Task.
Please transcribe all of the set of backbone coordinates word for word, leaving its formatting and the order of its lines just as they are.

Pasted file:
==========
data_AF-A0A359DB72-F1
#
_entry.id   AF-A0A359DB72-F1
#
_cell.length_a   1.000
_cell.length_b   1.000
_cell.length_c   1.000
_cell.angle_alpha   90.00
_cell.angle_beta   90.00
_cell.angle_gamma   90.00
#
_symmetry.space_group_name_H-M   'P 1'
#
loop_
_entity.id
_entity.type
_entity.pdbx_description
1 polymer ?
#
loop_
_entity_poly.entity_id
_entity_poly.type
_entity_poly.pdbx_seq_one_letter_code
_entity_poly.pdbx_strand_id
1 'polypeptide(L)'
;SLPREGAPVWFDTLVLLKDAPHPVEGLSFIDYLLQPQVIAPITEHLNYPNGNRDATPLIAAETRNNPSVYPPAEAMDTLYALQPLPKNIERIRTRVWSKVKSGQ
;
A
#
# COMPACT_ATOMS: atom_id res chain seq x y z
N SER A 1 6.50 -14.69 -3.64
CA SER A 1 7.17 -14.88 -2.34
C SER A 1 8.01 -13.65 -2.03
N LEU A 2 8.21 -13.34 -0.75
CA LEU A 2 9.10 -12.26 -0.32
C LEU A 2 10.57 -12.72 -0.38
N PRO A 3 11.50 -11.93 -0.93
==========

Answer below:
data_AF-A0A359DB72-F1
#
_entry.id   AF-A0A359DB72-F1
#
_cell.length_a   1.000
_cell.length_b   1.000
_cell.length_c   1.000
_cell.angle_alpha   90.00
_cell.angle_beta   90.00
_cell.angle_gamma   90.00
#
_symmetry.space_group_name_H-M   'P 1'
#
loop_
_entity.id
_entity.type
_entity.pdbx_description
1 polymer ?
#
loop_
_entity_poly.entity_id
_entity_poly.type
_entity_poly.pdbx_seq_one_letter_code
_entity_poly.pdbx_strand_id
1 'polypeptide(L)'
;SLPREGAPVWFDTLVLLKDAPHPVEGLSFIDYLLQPQVIAPITEHLNYPNGNRDATPLIAAETRNNPSVYPPAEAMDTLYALQPLPKNIERIRTRVWSKVKSGQ
;
A
#
# COMPACT_ATOMS: atom_id res chain seq x y z
N SER A 1 6.50 -14.69 -3.64
CA SER A 1 7.17 -14.88 -2.34
C SER A 1 8.01 -13.65 -2.03
N LEU A 2 8.21 -13.34 -0.75
CA LEU A 2 9.10 -12.26 -0.32
C LEU A 2 10.57 -12.72 -0.38
N PRO A 3 11.50 -11.93 -0.93